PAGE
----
An “Ethical Pederasty” Project?
If we accept the fact that the objectionable features of pederasty are culturally, socially, legally, and personally determined, then it should be possible to discuss an “ethical pederasty.” A discussion of “ethical pederasty” would need to address issues like
- age difference
- social limitations
- social sanctions
- emotion well-being
- the meaning of metanoia–repentance–for older Christian gay men
In a much quoted passage, the discussion of abuse focuses on anal penetration.
Though paederasty was once accepted in many cultures, some modern observers have retrospectively labeled it abusive. Enid Bloch argues that many Greek boys who were involved in paederastic relationships may have been harmed by the experience, if the relationship included anal intercourse. Bloch writes that the boy may have been traumatized by knowing that he was violating social customs. According to her, the “most shameful thing that could happen to any Greek male was penetration by another male.” In this respect Bloch is in accord with Greek sexual morality, which also recognized a difference between ethical pederasty which excluded anal intercourse and “hubristic” pederasty which was believed to debase the boy as well as the man who penetrated him. (emphasis added)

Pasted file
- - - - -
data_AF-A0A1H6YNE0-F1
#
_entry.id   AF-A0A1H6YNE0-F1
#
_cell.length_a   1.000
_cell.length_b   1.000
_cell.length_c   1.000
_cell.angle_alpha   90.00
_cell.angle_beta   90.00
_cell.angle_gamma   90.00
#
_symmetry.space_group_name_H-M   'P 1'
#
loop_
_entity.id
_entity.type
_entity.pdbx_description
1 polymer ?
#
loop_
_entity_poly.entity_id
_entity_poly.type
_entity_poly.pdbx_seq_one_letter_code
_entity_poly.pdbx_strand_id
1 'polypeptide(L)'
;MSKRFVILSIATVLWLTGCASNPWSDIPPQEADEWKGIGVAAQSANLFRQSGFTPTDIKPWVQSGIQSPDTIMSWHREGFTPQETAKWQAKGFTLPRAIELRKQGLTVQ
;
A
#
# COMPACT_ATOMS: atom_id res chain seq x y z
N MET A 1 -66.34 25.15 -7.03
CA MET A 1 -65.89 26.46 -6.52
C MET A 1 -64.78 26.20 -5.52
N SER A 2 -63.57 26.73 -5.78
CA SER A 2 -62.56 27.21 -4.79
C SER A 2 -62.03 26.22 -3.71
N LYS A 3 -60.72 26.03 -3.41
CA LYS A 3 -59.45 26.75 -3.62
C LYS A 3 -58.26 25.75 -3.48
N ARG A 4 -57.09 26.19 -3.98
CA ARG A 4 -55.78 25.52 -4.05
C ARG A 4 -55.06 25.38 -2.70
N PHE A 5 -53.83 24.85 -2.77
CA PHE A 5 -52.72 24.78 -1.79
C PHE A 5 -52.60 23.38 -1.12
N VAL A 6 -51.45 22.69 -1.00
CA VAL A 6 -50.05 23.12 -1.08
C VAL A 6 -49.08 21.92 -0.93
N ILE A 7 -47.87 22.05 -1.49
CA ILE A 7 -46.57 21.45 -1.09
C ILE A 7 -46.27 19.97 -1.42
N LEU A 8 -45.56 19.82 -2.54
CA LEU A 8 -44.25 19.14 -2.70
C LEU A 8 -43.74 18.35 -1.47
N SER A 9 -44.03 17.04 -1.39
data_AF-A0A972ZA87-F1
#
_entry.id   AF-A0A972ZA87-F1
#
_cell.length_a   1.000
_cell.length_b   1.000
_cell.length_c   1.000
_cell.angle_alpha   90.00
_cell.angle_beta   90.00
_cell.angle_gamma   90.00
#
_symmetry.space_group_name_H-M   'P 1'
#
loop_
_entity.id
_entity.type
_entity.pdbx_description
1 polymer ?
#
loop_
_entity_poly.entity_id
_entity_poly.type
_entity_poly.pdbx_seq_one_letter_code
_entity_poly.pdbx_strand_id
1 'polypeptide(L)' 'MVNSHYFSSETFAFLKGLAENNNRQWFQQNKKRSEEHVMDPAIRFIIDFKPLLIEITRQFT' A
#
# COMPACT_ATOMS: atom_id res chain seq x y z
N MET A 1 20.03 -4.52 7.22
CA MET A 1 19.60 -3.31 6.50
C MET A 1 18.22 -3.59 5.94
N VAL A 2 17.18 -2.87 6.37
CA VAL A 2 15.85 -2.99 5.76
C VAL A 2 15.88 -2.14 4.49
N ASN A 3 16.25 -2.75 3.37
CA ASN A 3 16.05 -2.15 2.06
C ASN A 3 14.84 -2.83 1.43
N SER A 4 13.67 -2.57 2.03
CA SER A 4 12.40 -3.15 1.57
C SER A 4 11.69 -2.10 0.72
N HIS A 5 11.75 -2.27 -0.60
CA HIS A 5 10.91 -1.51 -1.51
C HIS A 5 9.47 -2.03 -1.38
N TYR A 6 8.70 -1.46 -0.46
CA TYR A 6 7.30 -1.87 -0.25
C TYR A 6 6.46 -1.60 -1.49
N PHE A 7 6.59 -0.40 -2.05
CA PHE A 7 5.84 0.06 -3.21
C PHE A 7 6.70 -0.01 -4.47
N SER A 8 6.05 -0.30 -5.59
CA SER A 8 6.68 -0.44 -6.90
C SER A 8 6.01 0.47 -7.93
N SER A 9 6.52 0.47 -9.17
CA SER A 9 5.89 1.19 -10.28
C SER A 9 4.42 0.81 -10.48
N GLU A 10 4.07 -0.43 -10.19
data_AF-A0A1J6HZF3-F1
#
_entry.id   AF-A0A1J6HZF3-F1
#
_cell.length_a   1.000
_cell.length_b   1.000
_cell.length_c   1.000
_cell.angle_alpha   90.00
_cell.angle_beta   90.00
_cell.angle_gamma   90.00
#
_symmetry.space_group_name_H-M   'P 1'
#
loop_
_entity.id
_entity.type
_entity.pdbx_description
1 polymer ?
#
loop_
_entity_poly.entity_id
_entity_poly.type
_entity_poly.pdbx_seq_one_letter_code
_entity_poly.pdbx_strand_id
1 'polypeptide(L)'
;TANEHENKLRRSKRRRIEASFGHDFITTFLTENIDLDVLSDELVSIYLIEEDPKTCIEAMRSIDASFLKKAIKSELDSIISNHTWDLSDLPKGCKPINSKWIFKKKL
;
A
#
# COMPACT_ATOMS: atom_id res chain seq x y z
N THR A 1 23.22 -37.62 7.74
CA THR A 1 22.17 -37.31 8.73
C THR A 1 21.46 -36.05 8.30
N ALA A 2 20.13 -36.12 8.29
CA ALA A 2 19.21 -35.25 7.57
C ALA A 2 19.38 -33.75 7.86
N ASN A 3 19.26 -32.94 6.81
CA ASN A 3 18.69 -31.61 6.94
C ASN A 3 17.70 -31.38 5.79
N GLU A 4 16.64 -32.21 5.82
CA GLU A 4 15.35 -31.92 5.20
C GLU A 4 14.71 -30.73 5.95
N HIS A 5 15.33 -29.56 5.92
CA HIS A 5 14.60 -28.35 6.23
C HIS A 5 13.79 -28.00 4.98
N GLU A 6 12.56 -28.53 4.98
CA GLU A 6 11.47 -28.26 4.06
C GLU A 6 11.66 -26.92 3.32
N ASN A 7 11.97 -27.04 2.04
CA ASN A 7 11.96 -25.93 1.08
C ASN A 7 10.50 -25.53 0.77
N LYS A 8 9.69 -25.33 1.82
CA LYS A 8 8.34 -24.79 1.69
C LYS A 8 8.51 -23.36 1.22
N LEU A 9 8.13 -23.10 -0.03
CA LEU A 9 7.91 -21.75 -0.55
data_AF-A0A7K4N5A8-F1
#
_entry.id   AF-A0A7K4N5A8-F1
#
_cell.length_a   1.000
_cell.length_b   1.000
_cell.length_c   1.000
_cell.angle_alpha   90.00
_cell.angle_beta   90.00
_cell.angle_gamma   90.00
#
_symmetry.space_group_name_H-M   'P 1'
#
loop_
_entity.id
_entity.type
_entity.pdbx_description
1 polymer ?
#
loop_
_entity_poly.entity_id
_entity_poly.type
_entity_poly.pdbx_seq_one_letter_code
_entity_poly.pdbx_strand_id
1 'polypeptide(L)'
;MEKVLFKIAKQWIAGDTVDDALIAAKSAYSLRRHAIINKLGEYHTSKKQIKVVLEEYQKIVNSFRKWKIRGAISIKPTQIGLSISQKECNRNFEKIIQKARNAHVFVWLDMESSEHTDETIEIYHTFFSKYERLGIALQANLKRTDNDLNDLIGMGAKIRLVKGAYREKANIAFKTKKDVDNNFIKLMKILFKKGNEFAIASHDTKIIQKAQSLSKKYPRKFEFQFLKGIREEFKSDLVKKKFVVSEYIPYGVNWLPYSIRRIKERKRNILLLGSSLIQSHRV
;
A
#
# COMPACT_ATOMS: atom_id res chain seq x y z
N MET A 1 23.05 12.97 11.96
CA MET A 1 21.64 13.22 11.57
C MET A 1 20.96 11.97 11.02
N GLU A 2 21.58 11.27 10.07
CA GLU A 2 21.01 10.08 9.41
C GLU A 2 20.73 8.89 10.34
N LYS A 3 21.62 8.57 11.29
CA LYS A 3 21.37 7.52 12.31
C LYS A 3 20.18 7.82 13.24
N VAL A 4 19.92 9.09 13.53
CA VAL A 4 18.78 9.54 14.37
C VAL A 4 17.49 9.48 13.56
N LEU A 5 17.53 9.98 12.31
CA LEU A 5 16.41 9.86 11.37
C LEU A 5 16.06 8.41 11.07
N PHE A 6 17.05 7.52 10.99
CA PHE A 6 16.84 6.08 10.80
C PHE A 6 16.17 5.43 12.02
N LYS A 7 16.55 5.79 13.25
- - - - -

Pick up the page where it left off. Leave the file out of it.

(Dumézil, Georges, preface in Homosexuality in Greek Myth by Bernard Sergent, Boston, 1984)
One of the first steps in discussing pederasty is to address the definitions of pederasty, and the definition of “ethical pederasty” in particular. Definitions include:
- Pederasty: sexual activity involving a man and a boy.
- Pederasty: sexual relations between two males, especially when one of them is a minor.
- Pederast: A man who has sexual relations, especially anal intercourse, with a boy.
Differences among these definitions: “sexual activity” could range from hugging to mutual masturbation, oral sex, and anal intercourse; “minor” status is legally determined, where “minor” status differs between states and countries; while “anal intercourse” is quite specific.